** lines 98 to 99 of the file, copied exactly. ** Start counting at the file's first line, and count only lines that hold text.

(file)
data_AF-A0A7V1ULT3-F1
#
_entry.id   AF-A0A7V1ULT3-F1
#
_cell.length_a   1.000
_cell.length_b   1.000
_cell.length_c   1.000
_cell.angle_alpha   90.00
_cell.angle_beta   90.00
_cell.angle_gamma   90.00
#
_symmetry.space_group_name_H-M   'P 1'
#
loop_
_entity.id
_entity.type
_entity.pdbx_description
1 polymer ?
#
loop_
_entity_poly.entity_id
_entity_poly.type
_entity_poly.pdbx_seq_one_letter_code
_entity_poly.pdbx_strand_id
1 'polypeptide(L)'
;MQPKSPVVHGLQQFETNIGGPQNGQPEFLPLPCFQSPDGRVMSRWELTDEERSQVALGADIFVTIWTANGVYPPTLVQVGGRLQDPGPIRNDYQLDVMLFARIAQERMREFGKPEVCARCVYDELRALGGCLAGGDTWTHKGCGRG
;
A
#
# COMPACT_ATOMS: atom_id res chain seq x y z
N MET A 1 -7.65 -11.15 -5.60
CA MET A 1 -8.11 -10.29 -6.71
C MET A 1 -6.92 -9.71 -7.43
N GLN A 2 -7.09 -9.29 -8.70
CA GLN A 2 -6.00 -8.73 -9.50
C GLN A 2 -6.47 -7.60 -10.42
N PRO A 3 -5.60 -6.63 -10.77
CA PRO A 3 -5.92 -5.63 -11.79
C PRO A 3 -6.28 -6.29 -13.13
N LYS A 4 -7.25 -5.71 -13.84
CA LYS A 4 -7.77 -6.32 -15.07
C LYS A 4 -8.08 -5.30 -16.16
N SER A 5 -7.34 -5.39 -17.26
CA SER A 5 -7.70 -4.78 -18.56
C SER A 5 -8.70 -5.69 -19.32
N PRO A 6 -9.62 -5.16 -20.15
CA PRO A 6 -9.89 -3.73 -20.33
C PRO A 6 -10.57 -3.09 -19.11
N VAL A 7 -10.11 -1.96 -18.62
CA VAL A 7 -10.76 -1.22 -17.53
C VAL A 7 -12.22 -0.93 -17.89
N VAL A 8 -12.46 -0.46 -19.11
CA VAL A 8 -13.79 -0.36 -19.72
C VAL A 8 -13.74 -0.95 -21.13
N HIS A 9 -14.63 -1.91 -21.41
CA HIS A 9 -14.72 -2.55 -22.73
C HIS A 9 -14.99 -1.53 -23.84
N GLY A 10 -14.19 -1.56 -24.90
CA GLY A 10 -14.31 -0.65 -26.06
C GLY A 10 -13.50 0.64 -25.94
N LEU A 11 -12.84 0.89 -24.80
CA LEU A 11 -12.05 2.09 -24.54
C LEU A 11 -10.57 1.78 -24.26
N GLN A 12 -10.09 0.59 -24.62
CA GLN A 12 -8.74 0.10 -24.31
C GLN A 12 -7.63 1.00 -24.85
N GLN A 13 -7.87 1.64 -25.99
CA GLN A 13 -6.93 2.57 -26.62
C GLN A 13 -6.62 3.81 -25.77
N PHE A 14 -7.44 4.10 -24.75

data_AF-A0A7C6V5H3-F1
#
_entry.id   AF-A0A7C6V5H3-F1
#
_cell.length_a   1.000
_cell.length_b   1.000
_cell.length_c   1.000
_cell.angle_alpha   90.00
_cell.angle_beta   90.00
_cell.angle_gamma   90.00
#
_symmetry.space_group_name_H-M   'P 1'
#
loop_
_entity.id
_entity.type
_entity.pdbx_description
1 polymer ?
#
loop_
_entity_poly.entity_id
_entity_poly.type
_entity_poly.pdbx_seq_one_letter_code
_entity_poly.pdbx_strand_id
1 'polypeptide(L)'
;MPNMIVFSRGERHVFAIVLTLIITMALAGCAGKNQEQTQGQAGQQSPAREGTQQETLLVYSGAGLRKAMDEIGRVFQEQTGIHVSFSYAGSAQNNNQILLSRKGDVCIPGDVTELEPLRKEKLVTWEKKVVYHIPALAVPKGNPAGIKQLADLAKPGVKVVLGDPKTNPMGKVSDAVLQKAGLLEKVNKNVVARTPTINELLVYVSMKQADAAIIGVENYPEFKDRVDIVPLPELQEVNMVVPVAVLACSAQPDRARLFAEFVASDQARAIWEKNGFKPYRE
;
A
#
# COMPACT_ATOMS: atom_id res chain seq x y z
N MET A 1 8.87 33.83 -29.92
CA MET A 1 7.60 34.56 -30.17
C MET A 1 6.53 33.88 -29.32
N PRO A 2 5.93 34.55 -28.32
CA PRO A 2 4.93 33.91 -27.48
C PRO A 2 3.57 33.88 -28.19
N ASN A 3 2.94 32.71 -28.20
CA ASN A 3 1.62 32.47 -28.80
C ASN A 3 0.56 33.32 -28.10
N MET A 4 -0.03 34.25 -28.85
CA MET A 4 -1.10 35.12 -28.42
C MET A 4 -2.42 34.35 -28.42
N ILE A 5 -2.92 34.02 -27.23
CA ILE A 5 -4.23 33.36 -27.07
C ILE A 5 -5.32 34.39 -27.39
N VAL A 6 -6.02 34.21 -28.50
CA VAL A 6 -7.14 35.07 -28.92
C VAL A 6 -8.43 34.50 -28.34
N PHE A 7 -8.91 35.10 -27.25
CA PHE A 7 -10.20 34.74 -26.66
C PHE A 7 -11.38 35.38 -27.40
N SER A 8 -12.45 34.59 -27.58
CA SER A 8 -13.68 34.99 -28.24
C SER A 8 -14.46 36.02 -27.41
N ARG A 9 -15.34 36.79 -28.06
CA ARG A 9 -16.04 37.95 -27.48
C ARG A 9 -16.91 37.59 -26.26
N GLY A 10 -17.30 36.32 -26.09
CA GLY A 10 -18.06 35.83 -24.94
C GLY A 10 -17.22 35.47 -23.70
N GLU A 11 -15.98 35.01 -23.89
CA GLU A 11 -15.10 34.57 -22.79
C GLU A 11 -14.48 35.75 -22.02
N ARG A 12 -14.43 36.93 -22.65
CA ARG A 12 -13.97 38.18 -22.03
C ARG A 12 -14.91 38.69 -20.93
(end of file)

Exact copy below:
A
#